For many young adults, it’s the time of year for decisions. Colleges, graduate schools and many fellowships will soon be sending out letters accepting applicants.
They’ll send out far more rejections.
If you’ve made careful plans and worked hard, getting a rejection when you expected an acceptance can feel like you’ve suffered an insurmountable setback. But you shouldn’t feel that way.
“Ask any successful person how they got to the top,” said Larry Sabato, head of the University of Virginia’s Center for Politics, “and if they’re honest, they will admit suffering loads of losses along the way before their big break happened.”
Take the example of Warren Buffett, considered one of the most successful investors and one of the wealthiest men in the world. His plan to attend Harvard Business School as a young man ended with a rejection letter. Yet today he sees that rejection as a pivotal incident in his life. It led him to another business school he hadn’t previously considered, where he found the mentors he says shaped his career. “Everything that has happened in my life that I thought was a crushing event at the time,” Buffett told the Wall Street Journal, “has turned out for the better.”
Steven Spielberg’s path to directing 32 films and becoming the top-grossing director in movies began with not one, but two rejections from the film school at the University of Southern California. So Spielberg took low-paying jobs in the film industry until he was able to convince a studio to take a chance on him.
“Just remember this:” said Sabato, “You can’t win a race you don’t enter. Persevere. Keep trying. Every experience, even — or especially — an unsuccessful one, helps you to do a bit better the next time.”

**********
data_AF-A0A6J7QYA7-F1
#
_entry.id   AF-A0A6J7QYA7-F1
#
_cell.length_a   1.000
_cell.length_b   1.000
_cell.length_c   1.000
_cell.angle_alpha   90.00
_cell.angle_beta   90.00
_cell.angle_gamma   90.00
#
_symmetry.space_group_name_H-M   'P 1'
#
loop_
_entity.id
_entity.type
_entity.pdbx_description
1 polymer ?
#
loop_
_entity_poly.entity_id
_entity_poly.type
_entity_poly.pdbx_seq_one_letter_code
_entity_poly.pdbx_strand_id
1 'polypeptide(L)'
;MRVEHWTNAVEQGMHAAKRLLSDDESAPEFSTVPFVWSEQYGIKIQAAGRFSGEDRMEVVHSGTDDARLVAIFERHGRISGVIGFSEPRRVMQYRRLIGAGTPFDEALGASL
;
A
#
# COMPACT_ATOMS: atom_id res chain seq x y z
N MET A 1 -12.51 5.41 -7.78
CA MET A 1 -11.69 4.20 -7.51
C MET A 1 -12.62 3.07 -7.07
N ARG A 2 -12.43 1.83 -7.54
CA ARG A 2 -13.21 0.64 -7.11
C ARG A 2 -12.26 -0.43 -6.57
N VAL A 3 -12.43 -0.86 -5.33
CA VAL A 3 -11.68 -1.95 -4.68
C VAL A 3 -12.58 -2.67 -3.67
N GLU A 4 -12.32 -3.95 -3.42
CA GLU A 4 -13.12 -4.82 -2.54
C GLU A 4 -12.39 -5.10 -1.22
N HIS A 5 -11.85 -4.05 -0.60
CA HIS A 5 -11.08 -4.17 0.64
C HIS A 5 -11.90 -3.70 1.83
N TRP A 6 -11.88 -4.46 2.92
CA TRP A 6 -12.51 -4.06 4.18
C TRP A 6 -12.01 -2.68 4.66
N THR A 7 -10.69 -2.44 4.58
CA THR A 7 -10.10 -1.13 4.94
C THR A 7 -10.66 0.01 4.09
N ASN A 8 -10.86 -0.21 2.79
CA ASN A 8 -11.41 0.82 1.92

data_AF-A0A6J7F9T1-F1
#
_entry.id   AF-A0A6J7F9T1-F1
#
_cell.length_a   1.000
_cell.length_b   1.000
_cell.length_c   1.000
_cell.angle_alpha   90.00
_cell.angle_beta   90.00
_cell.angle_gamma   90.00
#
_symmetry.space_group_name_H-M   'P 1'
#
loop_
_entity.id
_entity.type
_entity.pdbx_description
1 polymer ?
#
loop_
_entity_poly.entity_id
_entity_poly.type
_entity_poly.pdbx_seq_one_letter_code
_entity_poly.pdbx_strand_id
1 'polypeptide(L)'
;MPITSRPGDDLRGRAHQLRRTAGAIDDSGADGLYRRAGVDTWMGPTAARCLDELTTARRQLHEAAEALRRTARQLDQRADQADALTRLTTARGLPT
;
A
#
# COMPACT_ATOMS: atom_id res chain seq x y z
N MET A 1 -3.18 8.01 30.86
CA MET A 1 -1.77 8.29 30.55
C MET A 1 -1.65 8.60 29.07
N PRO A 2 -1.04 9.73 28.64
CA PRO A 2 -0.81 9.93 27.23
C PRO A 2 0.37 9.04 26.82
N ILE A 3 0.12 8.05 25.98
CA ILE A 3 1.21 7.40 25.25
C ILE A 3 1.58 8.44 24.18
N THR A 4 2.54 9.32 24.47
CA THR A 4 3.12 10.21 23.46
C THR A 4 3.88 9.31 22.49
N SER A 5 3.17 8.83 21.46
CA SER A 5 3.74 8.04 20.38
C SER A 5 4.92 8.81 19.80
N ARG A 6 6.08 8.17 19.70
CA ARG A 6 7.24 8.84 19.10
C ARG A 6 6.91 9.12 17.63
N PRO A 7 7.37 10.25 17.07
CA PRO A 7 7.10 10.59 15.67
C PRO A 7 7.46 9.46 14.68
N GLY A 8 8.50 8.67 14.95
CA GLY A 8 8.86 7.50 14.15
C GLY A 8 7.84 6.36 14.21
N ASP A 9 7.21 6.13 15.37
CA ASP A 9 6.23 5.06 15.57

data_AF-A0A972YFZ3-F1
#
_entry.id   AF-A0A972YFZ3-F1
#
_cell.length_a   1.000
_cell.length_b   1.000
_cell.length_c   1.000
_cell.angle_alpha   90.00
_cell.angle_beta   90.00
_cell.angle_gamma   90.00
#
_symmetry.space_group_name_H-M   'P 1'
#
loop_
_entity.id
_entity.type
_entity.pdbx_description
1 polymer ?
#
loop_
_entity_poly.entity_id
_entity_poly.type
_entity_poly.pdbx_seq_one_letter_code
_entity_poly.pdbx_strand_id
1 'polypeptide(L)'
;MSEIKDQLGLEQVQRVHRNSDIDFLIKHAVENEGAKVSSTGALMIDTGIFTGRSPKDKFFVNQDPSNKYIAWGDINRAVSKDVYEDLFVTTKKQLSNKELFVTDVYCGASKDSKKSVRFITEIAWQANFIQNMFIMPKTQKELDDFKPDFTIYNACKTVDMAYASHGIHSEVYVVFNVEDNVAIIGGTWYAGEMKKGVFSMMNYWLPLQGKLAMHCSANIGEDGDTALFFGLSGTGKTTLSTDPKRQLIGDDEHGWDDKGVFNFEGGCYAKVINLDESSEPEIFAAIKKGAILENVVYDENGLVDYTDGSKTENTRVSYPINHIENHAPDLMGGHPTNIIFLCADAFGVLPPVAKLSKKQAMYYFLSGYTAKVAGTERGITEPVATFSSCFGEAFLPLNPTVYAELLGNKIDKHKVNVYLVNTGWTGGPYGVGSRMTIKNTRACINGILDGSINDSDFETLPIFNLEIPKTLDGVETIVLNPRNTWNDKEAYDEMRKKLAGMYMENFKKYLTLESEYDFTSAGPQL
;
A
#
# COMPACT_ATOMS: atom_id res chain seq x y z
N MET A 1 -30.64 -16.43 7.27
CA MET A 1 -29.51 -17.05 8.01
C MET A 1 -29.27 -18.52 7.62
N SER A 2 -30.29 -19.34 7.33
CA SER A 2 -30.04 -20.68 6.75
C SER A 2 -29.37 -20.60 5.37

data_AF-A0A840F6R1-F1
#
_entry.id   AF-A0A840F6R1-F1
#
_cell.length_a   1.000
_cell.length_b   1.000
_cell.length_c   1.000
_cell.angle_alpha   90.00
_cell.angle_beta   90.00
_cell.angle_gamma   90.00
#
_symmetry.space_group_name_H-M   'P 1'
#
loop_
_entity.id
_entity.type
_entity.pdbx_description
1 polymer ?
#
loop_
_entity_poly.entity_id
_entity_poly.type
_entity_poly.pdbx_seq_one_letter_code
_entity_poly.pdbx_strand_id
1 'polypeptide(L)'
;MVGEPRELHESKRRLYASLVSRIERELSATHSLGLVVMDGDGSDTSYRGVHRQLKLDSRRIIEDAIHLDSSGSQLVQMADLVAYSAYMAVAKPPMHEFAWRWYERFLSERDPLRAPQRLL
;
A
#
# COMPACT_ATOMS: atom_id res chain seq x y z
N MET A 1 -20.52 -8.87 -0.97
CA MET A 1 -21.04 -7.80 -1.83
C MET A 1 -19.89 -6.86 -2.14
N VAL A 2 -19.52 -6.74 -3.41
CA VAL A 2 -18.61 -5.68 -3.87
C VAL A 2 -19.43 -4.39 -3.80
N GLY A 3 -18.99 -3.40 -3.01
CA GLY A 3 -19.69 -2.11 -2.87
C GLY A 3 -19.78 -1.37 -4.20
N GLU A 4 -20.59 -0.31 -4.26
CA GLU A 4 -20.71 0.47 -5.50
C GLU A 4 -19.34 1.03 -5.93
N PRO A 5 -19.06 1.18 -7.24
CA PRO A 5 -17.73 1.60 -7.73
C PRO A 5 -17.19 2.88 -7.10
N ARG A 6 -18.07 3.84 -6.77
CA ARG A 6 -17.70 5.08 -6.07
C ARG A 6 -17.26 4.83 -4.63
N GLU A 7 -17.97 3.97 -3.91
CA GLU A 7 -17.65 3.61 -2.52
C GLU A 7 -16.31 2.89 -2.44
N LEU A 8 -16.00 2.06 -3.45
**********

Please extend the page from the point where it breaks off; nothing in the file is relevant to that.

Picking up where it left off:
How you can move forward
If you recently suffered a setback in your education or career, consider these tips from Joyce E.A. Russell and plan your next move. Russell writes the “Career Coach” column for the Washington Post and teaches at the Robert H. Smith School of Business at the University of Maryland.
Don’t gloss over your disappointment
“It’s natural to be disappointed,” Russell said. Upon receiving a setback, she recommends, get outside for physical activity. “Even if it’s just a walk or a run, it’ll free up your brain. You’re not going to immediately start action-planning. Separate from it, then find when to come back to it and say, ‘Can I learn something from this?’”
Assess the setback
“You should try to identify for yourself the reasons you weren’t successful,” Russell said, “but you should also get feedback from people in the field you’re applying to.” If you don’t have access to the decision makers to find out why your application wasn’t successful, try to contact people who have been accepted to the program you’re applying to for advice.
“There are a lot of parallels between people who are successful as athletes and people who are successful in business,” Russell said. Not only are they persistent, but they are continually working to get better. “If you keep applying, but your resume doesn’t look any different, that’s not going to get you there. People who are successful in business or as athletes are constantly training, constantly trying to improve themselves.”
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